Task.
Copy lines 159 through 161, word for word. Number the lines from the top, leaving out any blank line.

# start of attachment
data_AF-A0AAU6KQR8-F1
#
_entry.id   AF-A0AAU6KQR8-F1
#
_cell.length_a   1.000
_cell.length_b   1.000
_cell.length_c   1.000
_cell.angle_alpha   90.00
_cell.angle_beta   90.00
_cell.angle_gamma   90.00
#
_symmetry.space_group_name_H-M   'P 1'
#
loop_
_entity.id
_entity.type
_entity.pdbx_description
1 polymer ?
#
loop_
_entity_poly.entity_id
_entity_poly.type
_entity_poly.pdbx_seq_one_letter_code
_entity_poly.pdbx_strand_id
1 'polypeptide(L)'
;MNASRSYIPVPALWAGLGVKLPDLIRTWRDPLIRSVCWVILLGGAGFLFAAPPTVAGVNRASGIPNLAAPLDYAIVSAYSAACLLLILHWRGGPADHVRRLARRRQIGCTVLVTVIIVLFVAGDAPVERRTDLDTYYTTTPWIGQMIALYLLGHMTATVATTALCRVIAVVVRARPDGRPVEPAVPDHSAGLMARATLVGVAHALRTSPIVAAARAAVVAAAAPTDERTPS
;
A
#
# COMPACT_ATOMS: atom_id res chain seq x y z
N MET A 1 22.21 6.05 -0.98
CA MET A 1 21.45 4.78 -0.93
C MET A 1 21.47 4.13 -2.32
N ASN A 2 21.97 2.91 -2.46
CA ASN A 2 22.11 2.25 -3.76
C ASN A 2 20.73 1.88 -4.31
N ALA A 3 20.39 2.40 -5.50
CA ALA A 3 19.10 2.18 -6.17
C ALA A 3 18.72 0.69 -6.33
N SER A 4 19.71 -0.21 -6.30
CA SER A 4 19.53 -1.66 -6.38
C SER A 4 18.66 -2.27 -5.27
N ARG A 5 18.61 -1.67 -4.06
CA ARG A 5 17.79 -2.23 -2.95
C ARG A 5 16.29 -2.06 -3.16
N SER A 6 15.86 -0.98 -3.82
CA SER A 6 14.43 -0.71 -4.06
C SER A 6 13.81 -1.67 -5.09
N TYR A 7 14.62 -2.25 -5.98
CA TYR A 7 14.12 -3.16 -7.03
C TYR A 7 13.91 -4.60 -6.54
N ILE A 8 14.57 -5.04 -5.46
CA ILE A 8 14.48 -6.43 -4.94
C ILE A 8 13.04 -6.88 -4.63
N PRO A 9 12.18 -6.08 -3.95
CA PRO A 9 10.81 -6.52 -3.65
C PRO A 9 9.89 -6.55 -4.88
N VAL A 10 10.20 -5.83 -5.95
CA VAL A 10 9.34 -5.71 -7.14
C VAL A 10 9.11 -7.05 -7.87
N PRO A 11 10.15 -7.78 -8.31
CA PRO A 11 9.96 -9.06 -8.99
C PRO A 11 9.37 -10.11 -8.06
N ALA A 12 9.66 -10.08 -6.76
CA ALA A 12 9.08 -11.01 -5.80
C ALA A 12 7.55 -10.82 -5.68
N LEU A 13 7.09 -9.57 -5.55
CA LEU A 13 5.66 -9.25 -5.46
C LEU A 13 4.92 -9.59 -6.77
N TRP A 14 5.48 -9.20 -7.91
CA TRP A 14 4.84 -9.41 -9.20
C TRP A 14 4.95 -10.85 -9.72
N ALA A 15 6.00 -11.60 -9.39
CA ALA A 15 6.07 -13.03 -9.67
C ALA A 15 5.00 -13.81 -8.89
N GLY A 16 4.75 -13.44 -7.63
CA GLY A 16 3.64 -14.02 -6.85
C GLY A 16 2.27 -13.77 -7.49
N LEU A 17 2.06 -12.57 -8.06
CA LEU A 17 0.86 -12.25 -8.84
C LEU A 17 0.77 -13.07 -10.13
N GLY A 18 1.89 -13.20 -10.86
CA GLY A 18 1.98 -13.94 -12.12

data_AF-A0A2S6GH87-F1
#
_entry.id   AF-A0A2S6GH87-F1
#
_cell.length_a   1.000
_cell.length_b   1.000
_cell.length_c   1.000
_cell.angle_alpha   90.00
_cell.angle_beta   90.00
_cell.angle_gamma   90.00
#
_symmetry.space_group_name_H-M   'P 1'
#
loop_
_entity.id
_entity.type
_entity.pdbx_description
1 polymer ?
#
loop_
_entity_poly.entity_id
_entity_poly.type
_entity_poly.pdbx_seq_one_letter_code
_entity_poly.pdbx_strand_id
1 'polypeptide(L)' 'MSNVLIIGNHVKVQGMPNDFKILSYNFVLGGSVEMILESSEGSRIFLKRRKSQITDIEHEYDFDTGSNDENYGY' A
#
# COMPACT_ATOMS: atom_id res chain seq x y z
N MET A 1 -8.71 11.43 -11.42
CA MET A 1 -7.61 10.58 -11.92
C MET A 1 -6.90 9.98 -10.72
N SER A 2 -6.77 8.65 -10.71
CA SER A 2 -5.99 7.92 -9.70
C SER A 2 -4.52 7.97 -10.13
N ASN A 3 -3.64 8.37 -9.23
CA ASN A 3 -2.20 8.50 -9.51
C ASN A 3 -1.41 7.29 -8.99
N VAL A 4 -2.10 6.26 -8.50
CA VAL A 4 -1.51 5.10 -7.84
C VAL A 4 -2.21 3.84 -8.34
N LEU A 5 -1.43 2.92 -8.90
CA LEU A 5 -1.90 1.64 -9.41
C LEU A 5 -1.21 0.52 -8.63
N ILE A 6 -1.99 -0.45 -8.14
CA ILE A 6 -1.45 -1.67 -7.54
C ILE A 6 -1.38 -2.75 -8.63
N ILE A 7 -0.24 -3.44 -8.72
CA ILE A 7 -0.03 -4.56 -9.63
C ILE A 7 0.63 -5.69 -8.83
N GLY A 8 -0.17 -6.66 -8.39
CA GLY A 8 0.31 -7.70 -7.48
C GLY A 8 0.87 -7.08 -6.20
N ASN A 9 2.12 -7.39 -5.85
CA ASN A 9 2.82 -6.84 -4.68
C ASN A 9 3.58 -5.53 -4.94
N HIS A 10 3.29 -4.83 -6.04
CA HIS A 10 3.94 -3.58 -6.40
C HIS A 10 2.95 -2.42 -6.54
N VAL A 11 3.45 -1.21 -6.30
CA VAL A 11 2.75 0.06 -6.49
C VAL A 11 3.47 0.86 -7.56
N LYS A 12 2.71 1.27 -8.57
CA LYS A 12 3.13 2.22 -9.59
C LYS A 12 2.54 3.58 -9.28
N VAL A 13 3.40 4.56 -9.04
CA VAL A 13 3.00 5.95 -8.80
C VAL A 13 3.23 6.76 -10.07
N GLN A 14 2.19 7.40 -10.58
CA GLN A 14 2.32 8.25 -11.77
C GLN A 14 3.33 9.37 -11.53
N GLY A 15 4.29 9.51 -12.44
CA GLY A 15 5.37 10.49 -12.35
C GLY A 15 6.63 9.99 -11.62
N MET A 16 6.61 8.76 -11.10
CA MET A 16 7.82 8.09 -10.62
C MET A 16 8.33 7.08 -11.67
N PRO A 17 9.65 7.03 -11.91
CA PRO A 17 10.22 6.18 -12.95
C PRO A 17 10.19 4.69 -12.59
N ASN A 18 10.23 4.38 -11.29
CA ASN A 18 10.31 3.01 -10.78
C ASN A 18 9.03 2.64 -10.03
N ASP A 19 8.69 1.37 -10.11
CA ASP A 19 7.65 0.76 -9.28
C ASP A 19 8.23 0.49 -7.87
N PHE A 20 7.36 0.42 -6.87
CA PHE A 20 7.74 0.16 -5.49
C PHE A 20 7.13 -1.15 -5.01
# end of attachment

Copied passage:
N PRO A 17 9.65 7.03 -11.91
CA PRO A 17 10.22 6.18 -12.95
C PRO A 17 10.19 4.69 -12.59